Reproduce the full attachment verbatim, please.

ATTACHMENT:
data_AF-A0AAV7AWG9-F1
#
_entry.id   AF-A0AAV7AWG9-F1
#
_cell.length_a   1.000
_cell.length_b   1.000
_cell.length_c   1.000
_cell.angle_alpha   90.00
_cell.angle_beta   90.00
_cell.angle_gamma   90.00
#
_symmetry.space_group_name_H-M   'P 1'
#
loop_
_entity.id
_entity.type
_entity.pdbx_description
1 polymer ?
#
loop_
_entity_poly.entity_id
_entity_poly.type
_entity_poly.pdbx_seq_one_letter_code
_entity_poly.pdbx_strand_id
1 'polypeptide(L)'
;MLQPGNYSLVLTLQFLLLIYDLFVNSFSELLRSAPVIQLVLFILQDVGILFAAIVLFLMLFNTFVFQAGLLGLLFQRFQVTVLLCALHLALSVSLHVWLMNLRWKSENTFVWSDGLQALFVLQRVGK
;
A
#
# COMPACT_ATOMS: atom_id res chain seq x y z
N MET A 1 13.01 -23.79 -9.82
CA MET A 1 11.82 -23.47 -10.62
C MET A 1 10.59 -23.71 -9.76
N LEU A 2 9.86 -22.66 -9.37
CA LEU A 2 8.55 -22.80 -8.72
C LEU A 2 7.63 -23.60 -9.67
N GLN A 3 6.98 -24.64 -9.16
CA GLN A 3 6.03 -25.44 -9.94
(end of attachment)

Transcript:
data_AF-A0AAV7AWG9-F1
#
_entry.id   AF-A0AAV7AWG9-F1
#
_cell.length_a   1.000
_cell.length_b   1.000
_cell.length_c   1.000
_cell.angle_alpha   90.00
_cell.angle_beta   90.00
_cell.angle_gamma   90.00
#
_symmetry.space_group_name_H-M   'P 1'
#
loop_
_entity.id
_entity.type
_entity.pdbx_description
1 polymer ?
#
loop_
_entity_poly.entity_id
_entity_poly.type
_entity_poly.pdbx_seq_one_letter_code
_entity_poly.pdbx_strand_id
1 'polypeptide(L)'
;MLQPGNYSLVLTLQFLLLIYDLFVNSFSELLRSAPVIQLVLFILQDVGILFAAIVLFLMLFNTFVFQAGLLGLLFQRFQVTVLLCALHLALSVSLHVWLMNLRWKSENTFVWSDGLQALFVLQRVGK
;
A
#
# COMPACT_ATOMS: atom_id res chain seq x y z
N MET A 1 13.01 -23.79 -9.82
CA MET A 1 11.82 -23.47 -10.62
C MET A 1 10.59 -23.71 -9.76
N LEU A 2 9.86 -22.66 -9.37
CA LEU A 2 8.55 -22.80 -8.72
C LEU A 2 7.63 -23.60 -9.67
N GLN A 3 6.98 -24.64 -9.16
CA GLN A 3 6.03 -25.44 -9.94